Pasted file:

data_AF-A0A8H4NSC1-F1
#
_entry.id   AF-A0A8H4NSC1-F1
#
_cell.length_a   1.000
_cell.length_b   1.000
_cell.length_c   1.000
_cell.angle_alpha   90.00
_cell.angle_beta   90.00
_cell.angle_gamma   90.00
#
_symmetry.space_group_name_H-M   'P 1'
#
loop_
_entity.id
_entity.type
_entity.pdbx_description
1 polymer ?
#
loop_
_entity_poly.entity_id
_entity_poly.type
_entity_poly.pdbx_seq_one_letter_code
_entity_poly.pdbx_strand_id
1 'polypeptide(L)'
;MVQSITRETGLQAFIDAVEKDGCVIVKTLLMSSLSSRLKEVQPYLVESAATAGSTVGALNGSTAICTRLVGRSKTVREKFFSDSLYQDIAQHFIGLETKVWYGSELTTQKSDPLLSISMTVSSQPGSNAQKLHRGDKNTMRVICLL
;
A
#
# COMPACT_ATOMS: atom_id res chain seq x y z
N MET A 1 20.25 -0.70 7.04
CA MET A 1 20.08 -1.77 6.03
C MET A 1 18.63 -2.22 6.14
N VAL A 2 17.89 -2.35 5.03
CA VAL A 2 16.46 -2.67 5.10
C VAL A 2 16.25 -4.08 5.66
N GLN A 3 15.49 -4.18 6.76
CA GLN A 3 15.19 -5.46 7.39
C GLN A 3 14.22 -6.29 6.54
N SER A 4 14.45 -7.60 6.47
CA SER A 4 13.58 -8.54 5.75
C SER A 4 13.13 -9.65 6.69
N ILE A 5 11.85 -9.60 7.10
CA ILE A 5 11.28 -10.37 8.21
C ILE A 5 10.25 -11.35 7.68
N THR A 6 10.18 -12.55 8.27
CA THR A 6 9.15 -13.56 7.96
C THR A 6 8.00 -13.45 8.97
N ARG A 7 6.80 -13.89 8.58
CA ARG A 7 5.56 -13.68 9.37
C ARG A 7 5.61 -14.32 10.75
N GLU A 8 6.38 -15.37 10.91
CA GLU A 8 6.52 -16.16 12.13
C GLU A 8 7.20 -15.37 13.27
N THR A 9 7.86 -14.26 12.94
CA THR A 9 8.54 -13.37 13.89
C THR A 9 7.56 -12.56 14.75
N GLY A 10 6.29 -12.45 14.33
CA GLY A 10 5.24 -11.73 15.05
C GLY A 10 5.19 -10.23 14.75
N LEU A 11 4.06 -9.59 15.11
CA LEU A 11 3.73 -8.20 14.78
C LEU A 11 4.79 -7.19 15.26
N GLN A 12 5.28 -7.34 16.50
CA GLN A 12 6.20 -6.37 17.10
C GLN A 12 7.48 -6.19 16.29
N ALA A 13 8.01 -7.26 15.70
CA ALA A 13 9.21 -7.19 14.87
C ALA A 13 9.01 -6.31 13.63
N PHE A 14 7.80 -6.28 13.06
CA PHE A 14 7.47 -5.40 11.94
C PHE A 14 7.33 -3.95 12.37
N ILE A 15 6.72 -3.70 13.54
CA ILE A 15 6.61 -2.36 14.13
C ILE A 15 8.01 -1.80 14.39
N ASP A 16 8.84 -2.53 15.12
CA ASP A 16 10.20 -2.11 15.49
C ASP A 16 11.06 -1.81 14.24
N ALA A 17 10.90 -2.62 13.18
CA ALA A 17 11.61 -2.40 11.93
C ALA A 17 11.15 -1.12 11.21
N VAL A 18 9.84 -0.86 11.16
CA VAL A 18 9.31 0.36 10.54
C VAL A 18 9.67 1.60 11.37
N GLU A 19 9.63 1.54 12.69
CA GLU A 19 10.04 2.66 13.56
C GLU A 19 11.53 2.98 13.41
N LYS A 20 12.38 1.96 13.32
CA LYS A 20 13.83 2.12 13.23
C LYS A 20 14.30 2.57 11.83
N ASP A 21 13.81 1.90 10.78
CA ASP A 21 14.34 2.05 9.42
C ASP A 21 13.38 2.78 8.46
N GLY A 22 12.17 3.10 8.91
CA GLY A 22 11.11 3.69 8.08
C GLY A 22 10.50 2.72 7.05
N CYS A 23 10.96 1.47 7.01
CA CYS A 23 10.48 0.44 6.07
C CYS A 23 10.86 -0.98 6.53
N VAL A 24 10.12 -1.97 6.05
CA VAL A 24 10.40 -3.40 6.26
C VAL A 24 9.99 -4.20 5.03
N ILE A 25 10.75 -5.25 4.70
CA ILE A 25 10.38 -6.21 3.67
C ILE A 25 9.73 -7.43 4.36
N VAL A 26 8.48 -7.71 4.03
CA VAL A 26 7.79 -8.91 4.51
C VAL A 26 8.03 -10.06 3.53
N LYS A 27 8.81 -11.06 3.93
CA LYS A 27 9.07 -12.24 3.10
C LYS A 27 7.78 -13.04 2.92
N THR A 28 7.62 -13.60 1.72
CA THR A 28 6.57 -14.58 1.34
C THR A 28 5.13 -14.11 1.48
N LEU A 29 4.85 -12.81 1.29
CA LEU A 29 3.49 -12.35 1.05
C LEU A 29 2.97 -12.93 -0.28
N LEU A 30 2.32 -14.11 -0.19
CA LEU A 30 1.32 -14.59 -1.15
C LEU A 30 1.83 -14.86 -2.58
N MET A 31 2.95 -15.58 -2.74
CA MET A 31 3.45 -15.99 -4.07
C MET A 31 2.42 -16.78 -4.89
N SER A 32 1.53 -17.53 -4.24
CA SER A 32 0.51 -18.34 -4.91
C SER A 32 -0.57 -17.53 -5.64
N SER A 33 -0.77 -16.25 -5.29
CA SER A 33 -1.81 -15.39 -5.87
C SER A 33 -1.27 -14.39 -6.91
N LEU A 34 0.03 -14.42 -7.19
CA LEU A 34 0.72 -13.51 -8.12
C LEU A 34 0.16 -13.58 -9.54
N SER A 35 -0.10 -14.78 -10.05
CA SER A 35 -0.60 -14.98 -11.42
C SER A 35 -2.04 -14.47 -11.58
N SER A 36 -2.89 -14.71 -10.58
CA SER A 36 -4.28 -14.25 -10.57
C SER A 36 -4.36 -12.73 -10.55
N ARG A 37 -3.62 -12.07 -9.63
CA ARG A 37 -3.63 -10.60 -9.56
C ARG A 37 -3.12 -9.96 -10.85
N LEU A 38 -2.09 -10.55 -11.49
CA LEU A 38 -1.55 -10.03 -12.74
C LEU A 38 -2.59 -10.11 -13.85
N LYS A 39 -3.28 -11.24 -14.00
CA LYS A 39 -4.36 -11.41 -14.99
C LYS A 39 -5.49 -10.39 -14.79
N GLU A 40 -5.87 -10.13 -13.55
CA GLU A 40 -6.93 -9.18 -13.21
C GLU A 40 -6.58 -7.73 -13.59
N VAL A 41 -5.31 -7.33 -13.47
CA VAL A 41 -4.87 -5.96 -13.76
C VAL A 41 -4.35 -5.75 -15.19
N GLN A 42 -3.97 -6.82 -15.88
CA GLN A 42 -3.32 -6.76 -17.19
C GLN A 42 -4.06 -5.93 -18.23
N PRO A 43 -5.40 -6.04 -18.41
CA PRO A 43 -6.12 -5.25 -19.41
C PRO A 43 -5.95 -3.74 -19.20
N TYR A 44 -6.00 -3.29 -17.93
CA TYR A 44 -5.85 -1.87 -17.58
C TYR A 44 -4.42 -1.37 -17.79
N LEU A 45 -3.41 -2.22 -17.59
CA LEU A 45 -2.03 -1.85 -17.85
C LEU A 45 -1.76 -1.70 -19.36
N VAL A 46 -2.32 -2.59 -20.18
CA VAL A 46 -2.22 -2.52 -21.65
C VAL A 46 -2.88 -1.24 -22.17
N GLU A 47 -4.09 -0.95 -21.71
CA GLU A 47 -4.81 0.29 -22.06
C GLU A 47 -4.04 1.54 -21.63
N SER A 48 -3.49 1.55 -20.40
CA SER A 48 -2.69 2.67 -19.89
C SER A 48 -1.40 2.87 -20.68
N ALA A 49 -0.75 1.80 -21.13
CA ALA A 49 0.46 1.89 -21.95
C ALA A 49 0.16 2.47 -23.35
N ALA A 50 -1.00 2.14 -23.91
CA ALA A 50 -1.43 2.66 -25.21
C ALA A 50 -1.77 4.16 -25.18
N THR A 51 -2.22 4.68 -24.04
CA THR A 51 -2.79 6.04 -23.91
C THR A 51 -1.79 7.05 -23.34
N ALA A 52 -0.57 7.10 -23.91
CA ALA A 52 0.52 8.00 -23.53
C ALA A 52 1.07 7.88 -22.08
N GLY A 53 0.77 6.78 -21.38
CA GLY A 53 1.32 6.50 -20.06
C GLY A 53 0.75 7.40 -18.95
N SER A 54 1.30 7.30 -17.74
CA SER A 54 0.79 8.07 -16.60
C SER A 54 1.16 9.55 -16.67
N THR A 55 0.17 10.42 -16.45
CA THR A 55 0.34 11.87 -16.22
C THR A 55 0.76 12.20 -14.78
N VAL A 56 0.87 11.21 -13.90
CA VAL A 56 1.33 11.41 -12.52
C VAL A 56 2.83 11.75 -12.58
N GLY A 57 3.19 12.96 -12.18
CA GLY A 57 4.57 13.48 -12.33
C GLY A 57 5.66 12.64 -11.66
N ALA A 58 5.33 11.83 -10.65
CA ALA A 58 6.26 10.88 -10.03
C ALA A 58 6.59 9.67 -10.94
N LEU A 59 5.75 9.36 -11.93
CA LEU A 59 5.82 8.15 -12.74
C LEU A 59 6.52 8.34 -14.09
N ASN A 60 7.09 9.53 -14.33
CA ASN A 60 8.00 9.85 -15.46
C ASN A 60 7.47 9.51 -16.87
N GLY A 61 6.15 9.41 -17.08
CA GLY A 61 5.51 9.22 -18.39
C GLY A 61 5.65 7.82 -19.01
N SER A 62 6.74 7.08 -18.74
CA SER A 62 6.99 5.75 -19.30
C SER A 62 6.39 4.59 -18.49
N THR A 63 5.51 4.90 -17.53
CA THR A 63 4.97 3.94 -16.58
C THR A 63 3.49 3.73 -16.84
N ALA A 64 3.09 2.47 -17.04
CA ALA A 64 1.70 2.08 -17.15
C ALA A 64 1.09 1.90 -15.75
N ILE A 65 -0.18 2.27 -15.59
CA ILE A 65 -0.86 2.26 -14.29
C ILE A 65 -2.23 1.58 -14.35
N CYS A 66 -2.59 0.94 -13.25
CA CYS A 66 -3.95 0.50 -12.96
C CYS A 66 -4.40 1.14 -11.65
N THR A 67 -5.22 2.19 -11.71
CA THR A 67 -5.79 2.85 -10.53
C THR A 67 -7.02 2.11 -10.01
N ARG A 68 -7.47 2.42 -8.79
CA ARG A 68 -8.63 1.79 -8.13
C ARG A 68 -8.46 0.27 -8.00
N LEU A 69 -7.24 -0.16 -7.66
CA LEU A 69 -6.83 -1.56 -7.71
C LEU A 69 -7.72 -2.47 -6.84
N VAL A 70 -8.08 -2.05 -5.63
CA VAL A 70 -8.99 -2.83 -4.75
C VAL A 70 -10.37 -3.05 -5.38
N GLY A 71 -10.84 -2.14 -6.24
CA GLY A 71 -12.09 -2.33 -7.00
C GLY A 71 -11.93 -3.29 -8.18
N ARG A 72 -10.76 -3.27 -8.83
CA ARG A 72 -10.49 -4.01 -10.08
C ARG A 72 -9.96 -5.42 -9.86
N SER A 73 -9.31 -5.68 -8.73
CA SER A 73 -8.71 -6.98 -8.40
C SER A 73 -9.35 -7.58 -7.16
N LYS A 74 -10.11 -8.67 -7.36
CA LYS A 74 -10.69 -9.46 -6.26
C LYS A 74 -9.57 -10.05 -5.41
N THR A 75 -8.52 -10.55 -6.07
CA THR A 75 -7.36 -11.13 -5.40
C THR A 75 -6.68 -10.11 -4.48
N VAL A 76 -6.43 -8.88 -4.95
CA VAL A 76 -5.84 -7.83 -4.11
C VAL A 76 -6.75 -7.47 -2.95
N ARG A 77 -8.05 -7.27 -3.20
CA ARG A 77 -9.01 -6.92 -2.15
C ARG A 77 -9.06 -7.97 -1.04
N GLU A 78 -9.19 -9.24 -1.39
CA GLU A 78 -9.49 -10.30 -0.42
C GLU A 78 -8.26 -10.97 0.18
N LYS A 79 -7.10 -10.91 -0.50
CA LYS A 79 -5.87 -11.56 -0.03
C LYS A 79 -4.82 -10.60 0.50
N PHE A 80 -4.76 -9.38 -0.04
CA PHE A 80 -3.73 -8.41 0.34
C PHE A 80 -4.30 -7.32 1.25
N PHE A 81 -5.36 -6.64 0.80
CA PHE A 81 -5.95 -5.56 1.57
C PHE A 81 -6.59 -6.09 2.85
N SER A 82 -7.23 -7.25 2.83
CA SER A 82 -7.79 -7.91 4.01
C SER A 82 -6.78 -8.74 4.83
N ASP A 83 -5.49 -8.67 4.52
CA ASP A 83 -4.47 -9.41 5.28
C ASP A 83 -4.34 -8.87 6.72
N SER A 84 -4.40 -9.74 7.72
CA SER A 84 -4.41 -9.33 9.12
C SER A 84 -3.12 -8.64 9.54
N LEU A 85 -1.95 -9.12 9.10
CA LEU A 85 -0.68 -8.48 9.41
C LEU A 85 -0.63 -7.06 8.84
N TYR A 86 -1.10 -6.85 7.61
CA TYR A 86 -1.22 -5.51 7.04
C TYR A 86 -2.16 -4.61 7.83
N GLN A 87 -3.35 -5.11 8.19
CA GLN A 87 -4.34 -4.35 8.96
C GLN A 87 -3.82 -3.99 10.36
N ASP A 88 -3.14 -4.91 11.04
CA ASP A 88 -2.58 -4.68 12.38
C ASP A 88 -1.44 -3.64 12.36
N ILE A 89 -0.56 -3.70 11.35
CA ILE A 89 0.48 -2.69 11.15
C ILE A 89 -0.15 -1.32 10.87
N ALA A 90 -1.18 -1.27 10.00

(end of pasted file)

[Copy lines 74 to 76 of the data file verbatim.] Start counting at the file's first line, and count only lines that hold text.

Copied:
CA ILE A 15 6.61 -2.36 14.13
C ILE A 15 8.01 -1.80 14.39
N ASP A 16 8.84 -2.53 15.12